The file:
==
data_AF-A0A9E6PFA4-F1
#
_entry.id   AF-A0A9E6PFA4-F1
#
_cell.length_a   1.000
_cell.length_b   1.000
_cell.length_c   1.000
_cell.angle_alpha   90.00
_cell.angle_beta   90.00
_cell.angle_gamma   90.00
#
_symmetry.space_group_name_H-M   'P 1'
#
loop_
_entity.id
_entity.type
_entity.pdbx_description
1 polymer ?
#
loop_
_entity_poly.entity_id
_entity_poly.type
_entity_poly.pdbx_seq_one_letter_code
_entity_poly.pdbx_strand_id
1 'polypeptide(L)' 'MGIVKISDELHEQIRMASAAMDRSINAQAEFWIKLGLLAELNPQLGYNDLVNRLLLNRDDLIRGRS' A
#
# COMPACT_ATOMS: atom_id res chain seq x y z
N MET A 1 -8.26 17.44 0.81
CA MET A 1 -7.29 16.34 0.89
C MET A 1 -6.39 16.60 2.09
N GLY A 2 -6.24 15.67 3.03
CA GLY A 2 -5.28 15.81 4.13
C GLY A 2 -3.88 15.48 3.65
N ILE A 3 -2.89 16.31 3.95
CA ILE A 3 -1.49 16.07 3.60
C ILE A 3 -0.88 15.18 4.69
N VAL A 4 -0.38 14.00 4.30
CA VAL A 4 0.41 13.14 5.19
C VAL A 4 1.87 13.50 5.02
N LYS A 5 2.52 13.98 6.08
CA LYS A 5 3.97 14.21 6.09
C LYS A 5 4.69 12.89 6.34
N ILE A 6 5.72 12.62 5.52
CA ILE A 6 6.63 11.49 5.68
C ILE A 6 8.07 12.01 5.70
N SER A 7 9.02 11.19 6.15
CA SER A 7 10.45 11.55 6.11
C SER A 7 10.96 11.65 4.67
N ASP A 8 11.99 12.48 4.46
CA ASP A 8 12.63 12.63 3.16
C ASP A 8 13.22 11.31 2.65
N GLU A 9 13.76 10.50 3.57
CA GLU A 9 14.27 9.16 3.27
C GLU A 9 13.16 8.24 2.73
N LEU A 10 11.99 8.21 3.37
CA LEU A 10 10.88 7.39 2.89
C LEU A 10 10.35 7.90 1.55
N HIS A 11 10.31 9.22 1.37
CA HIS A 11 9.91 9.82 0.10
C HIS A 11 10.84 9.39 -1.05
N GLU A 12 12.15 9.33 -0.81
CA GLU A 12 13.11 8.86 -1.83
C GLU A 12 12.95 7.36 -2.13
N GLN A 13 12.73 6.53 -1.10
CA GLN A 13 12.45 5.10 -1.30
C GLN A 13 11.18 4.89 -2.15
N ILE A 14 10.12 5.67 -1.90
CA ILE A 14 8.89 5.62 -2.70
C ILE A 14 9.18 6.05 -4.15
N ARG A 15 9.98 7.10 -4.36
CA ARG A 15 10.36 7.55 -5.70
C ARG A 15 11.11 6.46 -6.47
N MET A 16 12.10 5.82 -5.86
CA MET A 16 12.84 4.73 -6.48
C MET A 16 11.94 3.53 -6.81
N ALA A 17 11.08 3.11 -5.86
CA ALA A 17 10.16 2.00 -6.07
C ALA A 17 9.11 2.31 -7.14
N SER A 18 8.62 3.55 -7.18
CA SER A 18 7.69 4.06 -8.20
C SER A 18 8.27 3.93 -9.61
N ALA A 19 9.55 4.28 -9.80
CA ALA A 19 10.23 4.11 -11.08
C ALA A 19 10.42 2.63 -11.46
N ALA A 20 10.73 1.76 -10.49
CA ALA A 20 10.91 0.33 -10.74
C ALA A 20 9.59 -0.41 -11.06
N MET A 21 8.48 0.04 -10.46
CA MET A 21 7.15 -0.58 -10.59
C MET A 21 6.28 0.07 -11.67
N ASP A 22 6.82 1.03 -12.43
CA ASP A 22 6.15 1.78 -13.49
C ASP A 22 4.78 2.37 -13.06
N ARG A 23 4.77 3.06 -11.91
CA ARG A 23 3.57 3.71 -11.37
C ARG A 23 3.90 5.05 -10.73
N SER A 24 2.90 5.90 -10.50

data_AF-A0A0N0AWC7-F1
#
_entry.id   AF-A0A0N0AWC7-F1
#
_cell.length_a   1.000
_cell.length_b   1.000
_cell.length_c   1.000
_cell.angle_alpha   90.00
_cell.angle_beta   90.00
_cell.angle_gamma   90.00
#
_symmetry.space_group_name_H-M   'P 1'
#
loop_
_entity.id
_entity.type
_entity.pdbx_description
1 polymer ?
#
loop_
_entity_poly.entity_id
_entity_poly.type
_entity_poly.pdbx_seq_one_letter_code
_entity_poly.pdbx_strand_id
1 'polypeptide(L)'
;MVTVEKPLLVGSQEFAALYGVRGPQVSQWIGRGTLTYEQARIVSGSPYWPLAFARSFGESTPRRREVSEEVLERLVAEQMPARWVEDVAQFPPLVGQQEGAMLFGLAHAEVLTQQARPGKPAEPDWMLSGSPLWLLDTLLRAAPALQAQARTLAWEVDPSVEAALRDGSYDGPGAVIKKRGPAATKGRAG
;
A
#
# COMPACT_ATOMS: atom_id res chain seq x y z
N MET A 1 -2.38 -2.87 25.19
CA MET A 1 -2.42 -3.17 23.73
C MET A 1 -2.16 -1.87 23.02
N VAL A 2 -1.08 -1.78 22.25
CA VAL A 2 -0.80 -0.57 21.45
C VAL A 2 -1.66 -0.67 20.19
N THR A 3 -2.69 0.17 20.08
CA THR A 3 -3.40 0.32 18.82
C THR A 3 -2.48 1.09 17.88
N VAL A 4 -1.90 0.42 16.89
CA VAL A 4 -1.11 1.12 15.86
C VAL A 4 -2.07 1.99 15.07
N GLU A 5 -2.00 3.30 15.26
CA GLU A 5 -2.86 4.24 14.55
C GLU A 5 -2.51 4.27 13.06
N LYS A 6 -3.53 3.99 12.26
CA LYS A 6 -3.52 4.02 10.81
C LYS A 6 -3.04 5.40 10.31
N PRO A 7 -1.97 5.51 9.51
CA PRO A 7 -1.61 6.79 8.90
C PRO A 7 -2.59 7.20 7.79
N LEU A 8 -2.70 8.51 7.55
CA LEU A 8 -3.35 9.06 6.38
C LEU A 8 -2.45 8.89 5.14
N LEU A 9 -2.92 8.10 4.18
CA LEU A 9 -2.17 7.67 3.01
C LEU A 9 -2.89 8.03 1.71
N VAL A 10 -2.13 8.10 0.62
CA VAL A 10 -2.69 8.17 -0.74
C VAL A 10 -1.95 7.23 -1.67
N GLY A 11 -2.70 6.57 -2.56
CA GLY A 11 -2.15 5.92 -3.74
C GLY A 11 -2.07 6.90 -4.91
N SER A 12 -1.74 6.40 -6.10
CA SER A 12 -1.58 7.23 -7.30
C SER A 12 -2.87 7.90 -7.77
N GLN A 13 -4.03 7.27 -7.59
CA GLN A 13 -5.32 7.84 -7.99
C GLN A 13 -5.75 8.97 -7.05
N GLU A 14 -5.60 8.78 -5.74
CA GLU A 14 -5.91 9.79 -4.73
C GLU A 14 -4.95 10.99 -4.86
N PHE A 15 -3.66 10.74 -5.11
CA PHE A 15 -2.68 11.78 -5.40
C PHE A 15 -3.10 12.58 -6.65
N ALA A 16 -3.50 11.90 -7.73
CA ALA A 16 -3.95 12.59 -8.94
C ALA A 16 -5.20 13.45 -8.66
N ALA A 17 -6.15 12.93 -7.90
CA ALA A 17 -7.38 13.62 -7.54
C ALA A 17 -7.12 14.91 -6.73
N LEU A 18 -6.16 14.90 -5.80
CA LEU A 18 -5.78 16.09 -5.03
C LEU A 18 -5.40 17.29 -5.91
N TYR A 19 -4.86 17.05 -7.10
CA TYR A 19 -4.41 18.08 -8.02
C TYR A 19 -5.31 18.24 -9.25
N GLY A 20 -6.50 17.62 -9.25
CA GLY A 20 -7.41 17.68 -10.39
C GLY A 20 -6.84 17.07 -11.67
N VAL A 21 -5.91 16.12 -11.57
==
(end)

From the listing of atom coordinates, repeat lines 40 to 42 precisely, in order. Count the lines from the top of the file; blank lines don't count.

N LYS A 5 2.52 13.98 6.08
CA LYS A 5 3.97 14.21 6.09
C LYS A 5 4.69 12.89 6.34